In 1947 and 1949, Romophone had released the last commercial Lehmann's recordings where there were some renewed interests in the techniques that were used in the 1940s by RCA Victor (Gordon et al). From 1949, the mastering on a tape technique was applied. "A -1" was used and signified the approval take for production.
The American record company is located in Richmond. Founded in the year 1917 by the Starr Piano Company, its first records where produced in October 1917 gaining widespread acceptance.
Bessie Smith’s recordings.
Bessie Smith was one of the American blues singers nicknamed “the Empress of the blues”. In 1991, Smith completed the recordings for a five-volume series which was printed in the 21st century. Later, Sony Legacy repackaged the five volumes in a compact. The recordings covered a decade-long span when Bessie was a selling artist.
Sophie Tucker’s recordings
Sophie Tucker is a singer, actress and comedian. In the year 1911, Tucker began adding some traditional Yiddish songs to her comic and risqué songs and many others which increased her popularity. In 1914- 1917, she adopted jazz styling and in 1920, Tucker was able to score hits with some songs like re-recording.
The Influence of Tin Pan Alley
The Tin Pan Alley industry has played a big part in the promotion of modernist music. In essence, the Tin Pan Alley publishers led to the profound sophistication in music marketing and also in commercialism. West (Para 1) notes that the Tin Pan Alley played a big role in the bridging of the gaps between the young and the old in participation and shared musical experience. Before Tin Pan Alley, American music, having been aped from the British, largely sounded British. Differences in the music started occurring in the 19th century when the American theatre became functional. At the time, music publishers and songwriters in the Americas operated from the streets where they also sold musical instruments and even accessories. Most music publishing companies, at the time, sought to fulfill each other's needs and thus seemed to work together in unison (Kanter, 56).
Tin Pan Alley was born when popular music started being published in a wider scale towards the end of the 19th century. The proliferation of this group was mainly castigated by the success of the founder in 1881, an aspect that made other publishers flow suit in a very resounding note; in essence, there was more money and profitability in popular music. In consideration of the improving styles of songwriting and publishing in the United States, more songwriters started practicing more liberally and while aping their predecessors.
A notable point in time is during a period when artists such as Scott Joplin assembled a mixed race music exposition that took place in 1893 in New York. At that instance, they performed ragtime around the streets of New York, making the genre very much liked by most New Yorkers. Notably, also, artists continued aping and improving on the manner that music was captured, a critical improvement from the time ragtime started, and people could only watch live bands. In consideration of the universal appeal courtesy of ragtime, music continued being transformed and songwriters embedded many classics together, tending the ragtime musical towards modernism.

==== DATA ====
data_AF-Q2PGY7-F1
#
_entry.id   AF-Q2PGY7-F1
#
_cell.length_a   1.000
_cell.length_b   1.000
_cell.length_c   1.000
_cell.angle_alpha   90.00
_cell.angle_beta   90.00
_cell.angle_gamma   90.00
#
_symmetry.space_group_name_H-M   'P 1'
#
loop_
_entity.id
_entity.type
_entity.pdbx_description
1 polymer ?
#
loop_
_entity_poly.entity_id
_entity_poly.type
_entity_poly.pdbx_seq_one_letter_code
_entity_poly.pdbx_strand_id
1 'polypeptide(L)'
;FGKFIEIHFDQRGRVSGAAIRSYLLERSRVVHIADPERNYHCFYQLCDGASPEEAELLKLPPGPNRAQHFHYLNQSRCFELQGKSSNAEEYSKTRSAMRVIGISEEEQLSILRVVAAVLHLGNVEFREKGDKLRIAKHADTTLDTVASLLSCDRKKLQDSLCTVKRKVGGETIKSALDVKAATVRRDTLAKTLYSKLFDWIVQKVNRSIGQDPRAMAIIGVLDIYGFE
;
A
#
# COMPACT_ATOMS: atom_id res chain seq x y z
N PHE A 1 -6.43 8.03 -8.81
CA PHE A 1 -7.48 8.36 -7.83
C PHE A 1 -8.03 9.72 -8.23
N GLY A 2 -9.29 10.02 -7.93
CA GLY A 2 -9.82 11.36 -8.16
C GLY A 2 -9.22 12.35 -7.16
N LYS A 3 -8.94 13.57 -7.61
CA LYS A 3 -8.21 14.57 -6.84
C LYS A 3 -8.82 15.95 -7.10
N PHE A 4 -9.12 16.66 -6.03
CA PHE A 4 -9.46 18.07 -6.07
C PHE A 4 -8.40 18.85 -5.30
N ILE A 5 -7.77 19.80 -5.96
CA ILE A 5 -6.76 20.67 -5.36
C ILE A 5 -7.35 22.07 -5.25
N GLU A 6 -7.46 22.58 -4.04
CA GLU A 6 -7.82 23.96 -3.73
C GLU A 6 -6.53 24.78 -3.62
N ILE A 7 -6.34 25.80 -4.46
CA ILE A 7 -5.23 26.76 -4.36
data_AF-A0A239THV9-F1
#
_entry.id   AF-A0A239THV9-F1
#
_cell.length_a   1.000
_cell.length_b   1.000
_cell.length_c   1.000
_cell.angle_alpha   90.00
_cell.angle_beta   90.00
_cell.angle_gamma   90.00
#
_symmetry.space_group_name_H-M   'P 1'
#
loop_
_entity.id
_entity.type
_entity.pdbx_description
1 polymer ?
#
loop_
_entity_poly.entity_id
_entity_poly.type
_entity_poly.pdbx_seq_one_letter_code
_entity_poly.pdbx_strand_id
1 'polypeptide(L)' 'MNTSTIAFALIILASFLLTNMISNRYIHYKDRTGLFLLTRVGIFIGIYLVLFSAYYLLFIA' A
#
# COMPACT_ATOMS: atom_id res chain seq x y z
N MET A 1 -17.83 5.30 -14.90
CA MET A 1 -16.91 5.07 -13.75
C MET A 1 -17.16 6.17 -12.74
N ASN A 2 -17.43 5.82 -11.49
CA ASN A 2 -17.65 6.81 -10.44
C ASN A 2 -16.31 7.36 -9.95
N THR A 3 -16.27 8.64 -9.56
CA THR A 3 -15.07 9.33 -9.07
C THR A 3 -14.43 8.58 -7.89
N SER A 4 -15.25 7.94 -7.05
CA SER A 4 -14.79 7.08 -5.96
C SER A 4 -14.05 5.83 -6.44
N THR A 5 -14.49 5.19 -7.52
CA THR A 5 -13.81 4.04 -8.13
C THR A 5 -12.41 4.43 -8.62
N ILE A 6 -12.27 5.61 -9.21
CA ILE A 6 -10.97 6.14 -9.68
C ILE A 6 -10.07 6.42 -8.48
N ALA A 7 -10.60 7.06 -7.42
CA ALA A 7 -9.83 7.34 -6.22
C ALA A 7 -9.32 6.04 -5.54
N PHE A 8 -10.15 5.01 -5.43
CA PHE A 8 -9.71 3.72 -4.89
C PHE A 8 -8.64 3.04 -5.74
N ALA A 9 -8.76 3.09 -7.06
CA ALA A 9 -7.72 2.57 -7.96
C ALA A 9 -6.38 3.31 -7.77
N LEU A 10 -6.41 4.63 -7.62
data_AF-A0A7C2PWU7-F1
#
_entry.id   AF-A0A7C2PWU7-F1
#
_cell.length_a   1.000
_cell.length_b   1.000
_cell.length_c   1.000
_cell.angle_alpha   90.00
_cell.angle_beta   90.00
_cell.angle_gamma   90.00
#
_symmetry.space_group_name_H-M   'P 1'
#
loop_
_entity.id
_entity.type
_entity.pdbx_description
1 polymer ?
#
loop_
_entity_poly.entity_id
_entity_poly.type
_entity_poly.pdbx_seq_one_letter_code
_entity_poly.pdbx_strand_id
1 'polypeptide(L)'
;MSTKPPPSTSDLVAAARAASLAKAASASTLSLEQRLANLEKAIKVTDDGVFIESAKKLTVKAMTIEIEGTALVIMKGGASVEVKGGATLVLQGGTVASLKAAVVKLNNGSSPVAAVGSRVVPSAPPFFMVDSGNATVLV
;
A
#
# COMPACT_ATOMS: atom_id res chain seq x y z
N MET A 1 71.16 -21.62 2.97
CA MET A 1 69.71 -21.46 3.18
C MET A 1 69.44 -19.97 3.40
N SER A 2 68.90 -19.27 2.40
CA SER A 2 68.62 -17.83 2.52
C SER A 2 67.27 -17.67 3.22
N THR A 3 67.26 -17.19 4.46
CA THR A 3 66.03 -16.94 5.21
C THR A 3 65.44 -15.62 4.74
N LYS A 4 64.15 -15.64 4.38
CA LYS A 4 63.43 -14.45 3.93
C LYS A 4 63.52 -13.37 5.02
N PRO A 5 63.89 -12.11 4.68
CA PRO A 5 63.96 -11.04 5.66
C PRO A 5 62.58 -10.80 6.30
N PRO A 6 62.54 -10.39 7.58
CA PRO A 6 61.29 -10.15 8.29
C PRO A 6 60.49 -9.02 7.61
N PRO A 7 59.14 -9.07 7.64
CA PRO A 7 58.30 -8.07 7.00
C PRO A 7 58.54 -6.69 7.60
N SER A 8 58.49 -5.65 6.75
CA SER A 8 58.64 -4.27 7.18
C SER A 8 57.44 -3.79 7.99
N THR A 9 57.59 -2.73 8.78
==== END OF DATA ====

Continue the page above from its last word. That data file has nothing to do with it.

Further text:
In conclusion, Tin Pan Alley’s establishment intended to mass market the music, the fact that made music available to the society. The major appeal of the movement arose from the fact that the minorities needed to support each other; making use of old music that transited and new music started getting composed. The result was the rise and conquering of the contemporary popular music that has also transited through advances in technology. In essence, most popular musicians gain through adaptations of the Tin Pan Alley musicals albeit those that they could easily memorize and change the musical structures.
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Etzkorn, K. Peter. "Social context of songwriting in the United States." Ethnomusicology
7.2 (1963): 96-106.
Gordon, Matthew J., and Christopher Strelluf. "Evidence of American regional dialects in early recordings." Listening to the Past: Audio Records of Accents of English (2017): 232.
Helixon, Tracy. The Beatles' Cultural Influences. Wink, https://www.westerntc.edu/sites/default/files/student-life/documents/SchombergD.pdf. Accessed 8 Oct. 2018
Kanter, Kenneth Aaron. The Jews on Tin Pan Alley: The Jewish Contribution to American Popular Music, 1830-1940. Ktav Pub Inc, 1982.
Molinaro, Monica and Baltin, Steve. 12 Powerful Songs that Inspired Social Progress. Cuepoint, June 22 2016. https://medium.com/cuepoint/10-powerful-songs-that-inspired-social- progress-dfe7a87f5852. Accessed 8 Oct. 2018
Music, All. N.p., 2018.. Web. https://www.allmusic.com/artist/sophie-tucker-mn0000040155/biography. Accessed 16 Oct. 2018
West, Susan. “The songs of Tin Pan Alley as a social, musical and educational resource in the development of music making, based on a community-focussed social/altruistic philosophy.” Australian National University, http://citeseerx.ist.psu.edu/viewdoc/download?doi=10.1.1.581.3705&rep=rep1&type=pdf